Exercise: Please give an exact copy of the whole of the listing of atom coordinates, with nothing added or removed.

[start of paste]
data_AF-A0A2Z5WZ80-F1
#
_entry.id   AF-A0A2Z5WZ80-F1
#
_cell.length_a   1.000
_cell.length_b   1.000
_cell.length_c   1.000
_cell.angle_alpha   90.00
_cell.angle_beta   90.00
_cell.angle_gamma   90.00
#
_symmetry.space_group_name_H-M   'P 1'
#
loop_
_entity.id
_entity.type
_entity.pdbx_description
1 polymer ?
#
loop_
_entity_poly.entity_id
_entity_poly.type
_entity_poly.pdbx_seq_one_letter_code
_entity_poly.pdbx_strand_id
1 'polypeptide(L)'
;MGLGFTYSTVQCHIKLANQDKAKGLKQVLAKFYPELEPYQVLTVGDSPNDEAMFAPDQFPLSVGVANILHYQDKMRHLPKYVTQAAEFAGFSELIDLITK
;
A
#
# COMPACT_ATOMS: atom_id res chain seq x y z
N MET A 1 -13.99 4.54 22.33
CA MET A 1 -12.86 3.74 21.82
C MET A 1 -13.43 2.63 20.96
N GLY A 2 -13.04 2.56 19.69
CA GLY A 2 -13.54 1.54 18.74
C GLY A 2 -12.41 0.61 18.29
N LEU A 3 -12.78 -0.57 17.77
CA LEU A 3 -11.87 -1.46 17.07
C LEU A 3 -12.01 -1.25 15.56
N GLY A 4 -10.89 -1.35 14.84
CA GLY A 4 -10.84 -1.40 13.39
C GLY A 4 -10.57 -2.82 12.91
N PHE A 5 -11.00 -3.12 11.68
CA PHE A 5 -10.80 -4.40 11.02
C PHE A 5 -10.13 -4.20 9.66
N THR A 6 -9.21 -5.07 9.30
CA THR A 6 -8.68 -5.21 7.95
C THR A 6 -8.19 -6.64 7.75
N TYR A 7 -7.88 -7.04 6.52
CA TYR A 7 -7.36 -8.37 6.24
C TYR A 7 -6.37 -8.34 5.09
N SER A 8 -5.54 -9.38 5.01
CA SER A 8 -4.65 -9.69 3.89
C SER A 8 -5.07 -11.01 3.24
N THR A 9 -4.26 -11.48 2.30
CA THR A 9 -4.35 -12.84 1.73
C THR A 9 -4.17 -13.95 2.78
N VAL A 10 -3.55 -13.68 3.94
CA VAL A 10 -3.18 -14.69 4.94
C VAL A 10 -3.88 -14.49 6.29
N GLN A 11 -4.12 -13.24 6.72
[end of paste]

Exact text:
data_AF-A0A2Z5WZ80-F1
#
_entry.id   AF-A0A2Z5WZ80-F1
#
_cell.length_a   1.000
_cell.length_b   1.000
_cell.length_c   1.000
_cell.angle_alpha   90.00
_cell.angle_beta   90.00
_cell.angle_gamma   90.00
#
_symmetry.space_group_name_H-M   'P 1'
#
loop_
_entity.id
_entity.type
_entity.pdbx_description
1 polymer ?
#
loop_
_entity_poly.entity_id
_entity_poly.type
_entity_poly.pdbx_seq_one_letter_code
_entity_poly.pdbx_strand_id
1 'polypeptide(L)'
;MGLGFTYSTVQCHIKLANQDKAKGLKQVLAKFYPELEPYQVLTVGDSPNDEAMFAPDQFPLSVGVANILHYQDKMRHLPKYVTQAAEFAGFSELIDLITK
;
A
#
# COMPACT_ATOMS: atom_id res chain seq x y z
N MET A 1 -13.99 4.54 22.33
CA MET A 1 -12.86 3.74 21.82
C MET A 1 -13.43 2.63 20.96
N GLY A 2 -13.04 2.56 19.69
CA GLY A 2 -13.54 1.54 18.74
C GLY A 2 -12.41 0.61 18.29
N LEU A 3 -12.78 -0.57 17.77
CA LEU A 3 -11.87 -1.46 17.07
C LEU A 3 -12.01 -1.25 15.56
N GLY A 4 -10.89 -1.35 14.84
CA GLY A 4 -10.84 -1.40 13.39
C GLY A 4 -10.57 -2.82 12.91
N PHE A 5 -11.00 -3.12 11.68
CA PHE A 5 -10.80 -4.40 11.02
C PHE A 5 -10.13 -4.20 9.66
N THR A 6 -9.21 -5.07 9.30
CA THR A 6 -8.68 -5.21 7.95
C THR A 6 -8.19 -6.64 7.75
N TYR A 7 -7.88 -7.04 6.52
CA TYR A 7 -7.36 -8.37 6.24
C TYR A 7 -6.37 -8.34 5.09
N SER A 8 -5.54 -9.38 5.01
CA SER A 8 -4.65 -9.69 3.89
C SER A 8 -5.07 -11.01 3.24
N THR A 9 -4.26 -11.48 2.30
CA THR A 9 -4.35 -12.84 1.73
C THR A 9 -4.17 -13.95 2.78
N VAL A 10 -3.55 -13.68 3.94
CA VAL A 10 -3.18 -14.69 4.94
C VAL A 10 -3.88 -14.49 6.29
N GLN A 11 -4.12 -13.24 6.72